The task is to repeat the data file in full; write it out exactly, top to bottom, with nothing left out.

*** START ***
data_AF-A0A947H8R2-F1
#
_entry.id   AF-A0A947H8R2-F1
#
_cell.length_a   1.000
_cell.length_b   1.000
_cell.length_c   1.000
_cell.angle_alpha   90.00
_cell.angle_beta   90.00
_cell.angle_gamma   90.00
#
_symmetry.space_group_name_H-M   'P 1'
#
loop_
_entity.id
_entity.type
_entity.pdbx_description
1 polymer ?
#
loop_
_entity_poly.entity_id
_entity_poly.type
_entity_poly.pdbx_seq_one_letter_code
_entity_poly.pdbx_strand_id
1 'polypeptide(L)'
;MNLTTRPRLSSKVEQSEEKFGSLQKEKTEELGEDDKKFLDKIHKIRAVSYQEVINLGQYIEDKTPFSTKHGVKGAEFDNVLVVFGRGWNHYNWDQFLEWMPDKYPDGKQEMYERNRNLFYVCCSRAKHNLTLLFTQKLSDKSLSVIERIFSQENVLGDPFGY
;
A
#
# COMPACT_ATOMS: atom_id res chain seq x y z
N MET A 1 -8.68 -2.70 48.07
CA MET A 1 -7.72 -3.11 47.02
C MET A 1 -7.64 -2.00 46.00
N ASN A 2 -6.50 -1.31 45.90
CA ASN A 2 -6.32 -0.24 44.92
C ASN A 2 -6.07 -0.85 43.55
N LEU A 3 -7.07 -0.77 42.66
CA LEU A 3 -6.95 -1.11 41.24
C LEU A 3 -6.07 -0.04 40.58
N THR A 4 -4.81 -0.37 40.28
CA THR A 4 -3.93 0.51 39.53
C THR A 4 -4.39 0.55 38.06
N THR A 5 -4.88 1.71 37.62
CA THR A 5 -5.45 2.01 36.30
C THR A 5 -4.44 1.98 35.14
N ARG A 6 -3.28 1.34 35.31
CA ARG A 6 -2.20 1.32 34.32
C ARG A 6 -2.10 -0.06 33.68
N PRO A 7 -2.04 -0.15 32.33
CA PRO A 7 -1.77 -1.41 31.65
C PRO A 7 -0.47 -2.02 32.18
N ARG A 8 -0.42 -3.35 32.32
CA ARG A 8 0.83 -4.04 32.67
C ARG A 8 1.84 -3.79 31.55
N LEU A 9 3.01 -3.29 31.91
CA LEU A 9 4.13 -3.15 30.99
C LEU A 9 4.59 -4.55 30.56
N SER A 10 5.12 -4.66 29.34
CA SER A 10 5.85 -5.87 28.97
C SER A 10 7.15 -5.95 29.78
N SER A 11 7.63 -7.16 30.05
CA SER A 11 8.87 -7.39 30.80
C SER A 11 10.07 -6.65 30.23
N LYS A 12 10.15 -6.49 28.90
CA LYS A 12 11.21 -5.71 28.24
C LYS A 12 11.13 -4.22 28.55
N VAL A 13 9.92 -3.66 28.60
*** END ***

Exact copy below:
data_AF-A0A947H8R2-F1
#
_entry.id   AF-A0A947H8R2-F1
#
_cell.length_a   1.000
_cell.length_b   1.000
_cell.length_c   1.000
_cell.angle_alpha   90.00
_cell.angle_beta   90.00
_cell.angle_gamma   90.00
#
_symmetry.space_group_name_H-M   'P 1'
#
loop_
_entity.id
_entity.type
_entity.pdbx_description
1 polymer ?
#
loop_
_entity_poly.entity_id
_entity_poly.type
_entity_poly.pdbx_seq_one_letter_code
_entity_poly.pdbx_strand_id
1 'polypeptide(L)'
;MNLTTRPRLSSKVEQSEEKFGSLQKEKTEELGEDDKKFLDKIHKIRAVSYQEVINLGQYIEDKTPFSTKHGVKGAEFDNVLVVFGRGWNHYNWDQFLEWMPDKYPDGKQEMYERNRNLFYVCCSRAKHNLTLLFTQKLSDKSLSVIERIFSQENVLGDPFGY
;
A
#
# COMPACT_ATOMS: atom_id res chain seq x y z
N MET A 1 -8.68 -2.70 48.07
CA MET A 1 -7.72 -3.11 47.02
C MET A 1 -7.64 -2.00 46.00
N ASN A 2 -6.50 -1.31 45.90
CA ASN A 2 -6.32 -0.24 44.92
C ASN A 2 -6.07 -0.85 43.55
N LEU A 3 -7.07 -0.77 42.66
CA LEU A 3 -6.95 -1.11 41.24
C LEU A 3 -6.07 -0.04 40.58
N THR A 4 -4.81 -0.37 40.28
CA THR A 4 -3.93 0.51 39.53
C THR A 4 -4.39 0.55 38.06
N THR A 5 -4.88 1.71 37.62
CA THR A 5 -5.45 2.01 36.30
C THR A 5 -4.44 1.98 35.14
N ARG A 6 -3.28 1.34 35.31
CA ARG A 6 -2.20 1.32 34.32
C ARG A 6 -2.10 -0.06 33.68
N PRO A 7 -2.04 -0.15 32.33
CA PRO A 7 -1.77 -1.41 31.65
C PRO A 7 -0.47 -2.02 32.18
N ARG A 8 -0.42 -3.35 32.32
CA ARG A 8 0.83 -4.04 32.67
C ARG A 8 1.84 -3.79 31.55
N LEU A 9 3.01 -3.29 31.91
CA LEU A 9 4.13 -3.15 30.99
C LEU A 9 4.59 -4.55 30.56
N SER A 10 5.12 -4.66 29.34
CA SER A 10 5.85 -5.87 28.97
C SER A 10 7.15 -5.95 29.78
N SER A 11 7.63 -7.16 30.05
CA SER A 11 8.87 -7.39 30.80
C SER A 11 10.07 -6.65 30.23
N LYS A 12 10.15 -6.49 28.90
CA LYS A 12 11.21 -5.71 28.24
C LYS A 12 11.13 -4.22 28.55
N VAL A 13 9.92 -3.66 28.60